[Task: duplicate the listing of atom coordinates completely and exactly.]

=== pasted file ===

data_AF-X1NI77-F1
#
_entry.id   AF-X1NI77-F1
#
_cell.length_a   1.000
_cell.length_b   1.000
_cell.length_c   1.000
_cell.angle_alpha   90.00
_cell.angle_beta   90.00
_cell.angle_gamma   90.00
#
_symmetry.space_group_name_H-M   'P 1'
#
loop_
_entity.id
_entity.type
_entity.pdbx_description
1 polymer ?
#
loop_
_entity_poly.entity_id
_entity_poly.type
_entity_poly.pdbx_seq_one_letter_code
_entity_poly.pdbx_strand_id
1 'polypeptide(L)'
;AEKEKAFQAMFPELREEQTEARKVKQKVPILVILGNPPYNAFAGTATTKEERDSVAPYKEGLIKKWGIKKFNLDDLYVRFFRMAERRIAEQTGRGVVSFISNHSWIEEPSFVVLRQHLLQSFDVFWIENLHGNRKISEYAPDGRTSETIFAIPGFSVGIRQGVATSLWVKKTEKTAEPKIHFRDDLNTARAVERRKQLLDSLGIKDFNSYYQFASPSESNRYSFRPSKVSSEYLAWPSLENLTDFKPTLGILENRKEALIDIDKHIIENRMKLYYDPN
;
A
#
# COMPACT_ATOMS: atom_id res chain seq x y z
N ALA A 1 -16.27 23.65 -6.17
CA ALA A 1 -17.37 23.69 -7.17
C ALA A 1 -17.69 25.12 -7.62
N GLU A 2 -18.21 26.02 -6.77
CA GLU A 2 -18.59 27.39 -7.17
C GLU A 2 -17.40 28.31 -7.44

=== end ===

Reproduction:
data_AF-X1NI77-F1
#
_entry.id   AF-X1NI77-F1
#
_cell.length_a   1.000
_cell.length_b   1.000
_cell.length_c   1.000
_cell.angle_alpha   90.00
_cell.angle_beta   90.00
_cell.angle_gamma   90.00
#
_symmetry.space_group_name_H-M   'P 1'
#
loop_
_entity.id
_entity.type
_entity.pdbx_description
1 polymer ?
#
loop_
_entity_poly.entity_id
_entity_poly.type
_entity_poly.pdbx_seq_one_letter_code
_entity_poly.pdbx_strand_id
1 'polypeptide(L)'
;AEKEKAFQAMFPELREEQTEARKVKQKVPILVILGNPPYNAFAGTATTKEERDSVAPYKEGLIKKWGIKKFNLDDLYVRFFRMAERRIAEQTGRGVVSFISNHSWIEEPSFVVLRQHLLQSFDVFWIENLHGNRKISEYAPDGRTSETIFAIPGFSVGIRQGVATSLWVKKTEKTAEPKIHFRDDLNTARAVERRKQLLDSLGIKDFNSYYQFASPSESNRYSFRPSKVSSEYLAWPSLENLTDFKPTLGILENRKEALIDIDKHIIENRMKLYYDPN
;
A
#
# COMPACT_ATOMS: atom_id res chain seq x y z
N ALA A 1 -16.27 23.65 -6.17
CA ALA A 1 -17.37 23.69 -7.17
C ALA A 1 -17.69 25.12 -7.62
N GLU A 2 -18.21 26.02 -6.77
CA GLU A 2 -18.59 27.39 -7.17
C GLU A 2 -17.40 28.31 -7.44